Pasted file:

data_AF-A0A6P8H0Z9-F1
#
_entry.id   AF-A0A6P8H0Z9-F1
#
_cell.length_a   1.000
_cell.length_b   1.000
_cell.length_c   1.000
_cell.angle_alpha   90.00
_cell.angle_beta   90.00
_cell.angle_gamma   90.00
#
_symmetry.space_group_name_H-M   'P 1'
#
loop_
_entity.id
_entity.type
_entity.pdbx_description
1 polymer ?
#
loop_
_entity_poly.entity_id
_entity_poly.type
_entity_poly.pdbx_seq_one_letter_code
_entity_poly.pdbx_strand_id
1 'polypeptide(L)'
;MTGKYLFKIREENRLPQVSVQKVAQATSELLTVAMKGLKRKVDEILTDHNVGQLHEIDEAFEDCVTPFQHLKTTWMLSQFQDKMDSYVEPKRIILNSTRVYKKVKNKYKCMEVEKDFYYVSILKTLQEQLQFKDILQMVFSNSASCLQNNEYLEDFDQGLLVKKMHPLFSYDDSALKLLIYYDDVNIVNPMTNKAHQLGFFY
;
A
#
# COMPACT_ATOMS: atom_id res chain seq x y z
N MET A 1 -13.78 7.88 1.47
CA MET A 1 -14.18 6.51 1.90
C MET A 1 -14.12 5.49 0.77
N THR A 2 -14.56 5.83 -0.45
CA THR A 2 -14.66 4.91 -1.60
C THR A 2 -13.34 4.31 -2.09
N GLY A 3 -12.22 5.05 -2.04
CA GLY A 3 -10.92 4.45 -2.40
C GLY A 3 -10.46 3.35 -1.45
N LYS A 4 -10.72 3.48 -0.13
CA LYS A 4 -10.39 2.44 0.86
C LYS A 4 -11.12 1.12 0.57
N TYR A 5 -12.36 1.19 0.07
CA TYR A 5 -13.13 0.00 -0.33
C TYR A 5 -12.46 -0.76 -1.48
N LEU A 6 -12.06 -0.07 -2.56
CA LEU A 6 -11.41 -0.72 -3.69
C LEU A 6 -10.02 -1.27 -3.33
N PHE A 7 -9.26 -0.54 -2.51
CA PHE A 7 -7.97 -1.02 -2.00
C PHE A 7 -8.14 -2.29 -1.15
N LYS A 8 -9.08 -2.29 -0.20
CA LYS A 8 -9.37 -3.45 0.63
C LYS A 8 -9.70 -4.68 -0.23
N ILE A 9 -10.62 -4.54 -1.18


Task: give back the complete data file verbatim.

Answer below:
data_AF-A0A6P8H0Z9-F1
#
_entry.id   AF-A0A6P8H0Z9-F1
#
_cell.length_a   1.000
_cell.length_b   1.000
_cell.length_c   1.000
_cell.angle_alpha   90.00
_cell.angle_beta   90.00
_cell.angle_gamma   90.00
#
_symmetry.space_group_name_H-M   'P 1'
#
loop_
_entity.id
_entity.type
_entity.pdbx_description
1 polymer ?
#
loop_
_entity_poly.entity_id
_entity_poly.type
_entity_poly.pdbx_seq_one_letter_code
_entity_poly.pdbx_strand_id
1 'polypeptide(L)'
;MTGKYLFKIREENRLPQVSVQKVAQATSELLTVAMKGLKRKVDEILTDHNVGQLHEIDEAFEDCVTPFQHLKTTWMLSQFQDKMDSYVEPKRIILNSTRVYKKVKNKYKCMEVEKDFYYVSILKTLQEQLQFKDILQMVFSNSASCLQNNEYLEDFDQGLLVKKMHPLFSYDDSALKLLIYYDDVNIVNPMTNKAHQLGFFY
;
A
#
# COMPACT_ATOMS: atom_id res chain seq x y z
N MET A 1 -13.78 7.88 1.47
CA MET A 1 -14.18 6.51 1.90
C MET A 1 -14.12 5.49 0.77
N THR A 2 -14.56 5.83 -0.45
CA THR A 2 -14.66 4.91 -1.60
C THR A 2 -13.34 4.31 -2.09
N GLY A 3 -12.22 5.05 -2.04
CA GLY A 3 -10.92 4.45 -2.40
C GLY A 3 -10.46 3.35 -1.45
N LYS A 4 -10.72 3.48 -0.13
CA LYS A 4 -10.39 2.44 0.86
C LYS A 4 -11.12 1.12 0.57
N TYR A 5 -12.36 1.19 0.07
CA TYR A 5 -13.13 0.00 -0.33
C TYR A 5 -12.46 -0.76 -1.48
N LEU A 6 -12.06 -0.07 -2.56
CA LEU A 6 -11.41 -0.72 -3.69
C LEU A 6 -10.02 -1.27 -3.33
N PHE A 7 -9.26 -0.54 -2.51
CA PHE A 7 -7.97 -1.02 -2.00
C PHE A 7 -8.14 -2.29 -1.15
N LYS A 8 -9.08 -2.29 -0.20
CA LYS A 8 -9.37 -3.45 0.63
C LYS A 8 -9.70 -4.68 -0.23
N ILE A 9 -10.62 -4.54 -1.18